Published Poetry by Saxon Henry
Anywhere But Here
Anywhere But Here is available through Amazon, the collection of poems representing two decades of my poetic explorations and my first published book of poetry.
Dream of Venice
My latest poem Tattered Visage was recently published in the sumptuous book Dream of Venice, edited by JoAnn Locktov with photographs by Charles Christopher.
My Education in Poetry
I had the tremendous pleasure of studying poetry at Vermont College, one of my mentors there being Tom Absher. He inspired me to dig deep and to understand how beauty lurks in language, needing only to be teased out to spark the imagination. Here is one of my poems from that era, which will be included in my forthcoming book of poems Anywhere But Here.
—for Jim Ritter of Buck Creek Jazz Band
He blew the heart out of heaven,
flung the notes into the din
of man-made storm.
In three hours
he sifted through
all the cries
men were given
before the world
went sinfully silent.
He drew us in,
turned on the smokey room
and picked the ribs of noise
until sound bled—
© Saxon Henry
Graduate Work With the Late William Packard
While working toward a graduate degree at New York University, I had the great fortune of studying with poet, playwright and acting coach William Packard. He has been a tremendous influence on me as a poet, playwright and aesthetically driven human being. Below are several poems I wrote while under his mentorship.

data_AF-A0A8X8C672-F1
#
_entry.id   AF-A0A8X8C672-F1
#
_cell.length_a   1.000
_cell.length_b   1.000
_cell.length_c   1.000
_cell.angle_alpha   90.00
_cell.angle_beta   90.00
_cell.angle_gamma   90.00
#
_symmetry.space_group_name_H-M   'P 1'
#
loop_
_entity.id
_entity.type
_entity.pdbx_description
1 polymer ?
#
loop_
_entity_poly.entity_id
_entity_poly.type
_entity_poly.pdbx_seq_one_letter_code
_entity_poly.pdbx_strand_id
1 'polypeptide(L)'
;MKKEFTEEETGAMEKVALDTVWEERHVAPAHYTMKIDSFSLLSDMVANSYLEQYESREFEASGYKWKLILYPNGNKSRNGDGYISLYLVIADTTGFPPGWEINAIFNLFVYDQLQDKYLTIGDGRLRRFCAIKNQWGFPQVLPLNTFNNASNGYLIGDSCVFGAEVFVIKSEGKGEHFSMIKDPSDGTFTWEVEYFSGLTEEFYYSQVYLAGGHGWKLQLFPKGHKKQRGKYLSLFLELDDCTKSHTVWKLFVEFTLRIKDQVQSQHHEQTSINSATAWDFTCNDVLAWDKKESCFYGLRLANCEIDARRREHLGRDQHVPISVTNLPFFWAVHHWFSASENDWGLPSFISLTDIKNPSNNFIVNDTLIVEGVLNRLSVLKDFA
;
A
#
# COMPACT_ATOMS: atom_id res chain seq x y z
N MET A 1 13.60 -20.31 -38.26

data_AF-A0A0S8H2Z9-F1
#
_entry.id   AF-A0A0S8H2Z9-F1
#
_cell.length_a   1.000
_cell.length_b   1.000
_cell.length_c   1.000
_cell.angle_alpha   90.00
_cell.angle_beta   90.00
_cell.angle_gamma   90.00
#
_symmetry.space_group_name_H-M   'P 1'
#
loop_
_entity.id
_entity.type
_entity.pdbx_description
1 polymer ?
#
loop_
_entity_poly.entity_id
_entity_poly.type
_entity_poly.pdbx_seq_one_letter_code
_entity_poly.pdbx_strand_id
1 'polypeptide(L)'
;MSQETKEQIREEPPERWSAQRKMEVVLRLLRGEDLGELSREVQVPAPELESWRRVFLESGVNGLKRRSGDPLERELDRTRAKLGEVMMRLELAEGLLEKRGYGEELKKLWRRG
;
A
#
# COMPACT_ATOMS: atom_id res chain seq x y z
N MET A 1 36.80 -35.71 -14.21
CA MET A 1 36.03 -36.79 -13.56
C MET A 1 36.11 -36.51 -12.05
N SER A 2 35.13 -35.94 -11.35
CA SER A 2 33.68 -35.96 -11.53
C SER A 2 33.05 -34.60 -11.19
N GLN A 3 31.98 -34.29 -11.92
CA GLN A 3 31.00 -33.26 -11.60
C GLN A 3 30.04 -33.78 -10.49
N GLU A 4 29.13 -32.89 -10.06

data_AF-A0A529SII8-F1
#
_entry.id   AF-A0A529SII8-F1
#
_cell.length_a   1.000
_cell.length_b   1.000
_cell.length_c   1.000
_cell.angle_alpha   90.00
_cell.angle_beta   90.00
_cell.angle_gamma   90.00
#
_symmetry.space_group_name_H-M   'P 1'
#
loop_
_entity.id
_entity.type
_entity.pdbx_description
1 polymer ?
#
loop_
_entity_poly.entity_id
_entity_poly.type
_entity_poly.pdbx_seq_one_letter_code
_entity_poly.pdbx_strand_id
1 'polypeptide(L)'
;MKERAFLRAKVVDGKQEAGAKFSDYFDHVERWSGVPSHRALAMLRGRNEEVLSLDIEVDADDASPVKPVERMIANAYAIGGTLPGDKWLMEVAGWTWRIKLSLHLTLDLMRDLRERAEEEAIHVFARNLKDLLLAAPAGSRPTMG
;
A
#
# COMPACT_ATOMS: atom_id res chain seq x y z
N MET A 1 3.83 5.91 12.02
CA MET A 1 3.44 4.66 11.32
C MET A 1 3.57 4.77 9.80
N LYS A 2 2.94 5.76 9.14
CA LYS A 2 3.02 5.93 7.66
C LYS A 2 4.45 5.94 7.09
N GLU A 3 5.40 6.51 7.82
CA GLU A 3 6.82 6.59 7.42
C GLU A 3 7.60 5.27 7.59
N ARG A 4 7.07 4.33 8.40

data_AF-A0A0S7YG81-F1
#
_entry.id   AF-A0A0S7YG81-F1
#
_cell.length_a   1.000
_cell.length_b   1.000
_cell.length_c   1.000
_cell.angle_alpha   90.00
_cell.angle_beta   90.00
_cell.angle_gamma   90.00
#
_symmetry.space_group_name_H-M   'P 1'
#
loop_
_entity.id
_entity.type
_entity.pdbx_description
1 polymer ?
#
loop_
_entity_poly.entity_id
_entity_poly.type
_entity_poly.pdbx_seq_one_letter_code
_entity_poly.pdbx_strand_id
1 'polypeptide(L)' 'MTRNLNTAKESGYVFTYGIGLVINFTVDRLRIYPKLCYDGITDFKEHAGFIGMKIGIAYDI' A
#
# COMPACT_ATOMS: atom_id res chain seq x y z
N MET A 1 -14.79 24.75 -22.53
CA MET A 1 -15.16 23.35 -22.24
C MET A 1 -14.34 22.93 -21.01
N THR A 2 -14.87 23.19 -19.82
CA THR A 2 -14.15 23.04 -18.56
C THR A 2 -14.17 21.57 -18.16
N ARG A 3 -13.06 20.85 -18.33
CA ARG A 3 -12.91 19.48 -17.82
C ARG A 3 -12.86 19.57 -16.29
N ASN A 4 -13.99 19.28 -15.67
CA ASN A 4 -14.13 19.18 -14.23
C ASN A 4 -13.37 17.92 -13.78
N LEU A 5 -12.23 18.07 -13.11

“Fallen, fallen is Babylon the Great!
God has remembered her iniquities
mix a double draught for her
in the cup she mixed…”
The wind lifts spray from a lit fountain above
a gouged bench on a platform for the 1 and 9,
where raucous girls—one with orange matted hair
and a ditzy brunette in a poodle coat—
disregard stares and laughter.
An anxious woman in a fur
watches the board at Penn Station
while her escort checks his watch again,
as if his need for a hit of culture has been sated
by an operatic rush and a voluminous meal.
When they board the express train for Babylon
do they return to an avenue of brick houses
poised on the brink of the Great South Bay?
As they careen from the tunnel into the vaulted language of night,
how long will they stare out the window, silent as sentinels?
© Saxon Henry
Published in the New York Quarterly,
Issue 59/ June 2003
THE BURDEN OF COINCIDENCE
I’ve been given a room where a bent fly swatter
and a Niobrara Cross on a beaded chain
hang on a nail by the dresser.
My window faces where Crazy Horse
and Iron Nation Streets converge —
a vacant corner since a housing project
was lifted from the soil. I watch
as children scatter, tossing fire crackers
onto the dirt. Each time I flinch
like my mother’s poodle when he was smacked
for nervously chewing his own skin.
This hem of the prairie is splattered with light
punctuating the fourth of July. In the church next door,
the priest reads Psalms about the righteousness of giving
while the washing machines in the laundromat mouth
© Saxon Henry
Published in Skidrow Penthouse/Volume 2